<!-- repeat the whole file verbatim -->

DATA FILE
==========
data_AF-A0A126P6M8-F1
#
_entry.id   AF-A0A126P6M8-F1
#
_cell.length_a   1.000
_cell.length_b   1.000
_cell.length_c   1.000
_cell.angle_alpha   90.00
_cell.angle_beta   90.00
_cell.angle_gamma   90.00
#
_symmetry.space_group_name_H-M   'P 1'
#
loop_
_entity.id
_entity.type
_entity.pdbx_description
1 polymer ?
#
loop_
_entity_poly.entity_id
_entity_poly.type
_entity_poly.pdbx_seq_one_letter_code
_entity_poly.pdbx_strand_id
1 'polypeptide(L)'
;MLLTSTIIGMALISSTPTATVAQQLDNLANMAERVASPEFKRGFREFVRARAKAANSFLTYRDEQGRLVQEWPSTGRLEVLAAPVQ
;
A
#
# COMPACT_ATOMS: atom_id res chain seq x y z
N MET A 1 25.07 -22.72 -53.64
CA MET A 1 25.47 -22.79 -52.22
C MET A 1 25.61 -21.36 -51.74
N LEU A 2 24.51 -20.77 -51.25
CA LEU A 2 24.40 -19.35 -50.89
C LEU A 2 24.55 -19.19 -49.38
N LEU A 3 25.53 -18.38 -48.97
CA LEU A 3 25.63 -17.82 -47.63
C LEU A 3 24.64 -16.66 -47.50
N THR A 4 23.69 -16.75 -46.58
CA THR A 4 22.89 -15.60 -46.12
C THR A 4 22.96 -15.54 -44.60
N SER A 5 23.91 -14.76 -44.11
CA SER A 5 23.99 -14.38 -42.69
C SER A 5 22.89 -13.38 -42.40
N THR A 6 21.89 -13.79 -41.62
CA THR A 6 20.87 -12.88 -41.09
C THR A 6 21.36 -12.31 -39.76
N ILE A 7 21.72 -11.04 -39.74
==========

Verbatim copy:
data_AF-A0A126P6M8-F1
#
_entry.id   AF-A0A126P6M8-F1
#
_cell.length_a   1.000
_cell.length_b   1.000
_cell.length_c   1.000
_cell.angle_alpha   90.00
_cell.angle_beta   90.00
_cell.angle_gamma   90.00
#
_symmetry.space_group_name_H-M   'P 1'
#
loop_
_entity.id
_entity.type
_entity.pdbx_description
1 polymer ?
#
loop_
_entity_poly.entity_id
_entity_poly.type
_entity_poly.pdbx_seq_one_letter_code
_entity_poly.pdbx_strand_id
1 'polypeptide(L)'
;MLLTSTIIGMALISSTPTATVAQQLDNLANMAERVASPEFKRGFREFVRARAKAANSFLTYRDEQGRLVQEWPSTGRLEVLAAPVQ
;
A
#
# COMPACT_ATOMS: atom_id res chain seq x y z
N MET A 1 25.07 -22.72 -53.64
CA MET A 1 25.47 -22.79 -52.22
C MET A 1 25.61 -21.36 -51.74
N LEU A 2 24.51 -20.77 -51.25
CA LEU A 2 24.40 -19.35 -50.89
C LEU A 2 24.55 -19.19 -49.38
N LEU A 3 25.53 -18.38 -48.97
CA LEU A 3 25.63 -17.82 -47.63
C LEU A 3 24.64 -16.66 -47.50
N THR A 4 23.69 -16.75 -46.58
CA THR A 4 22.89 -15.60 -46.12
C THR A 4 22.96 -15.54 -44.60
N SER A 5 23.91 -14.76 -44.11
CA SER A 5 23.99 -14.38 -42.69
C SER A 5 22.89 -13.38 -42.40
N THR A 6 21.89 -13.79 -41.62
CA THR A 6 20.87 -12.88 -41.09
C THR A 6 21.36 -12.31 -39.76
N ILE A 7 21.72 -11.04 -39.74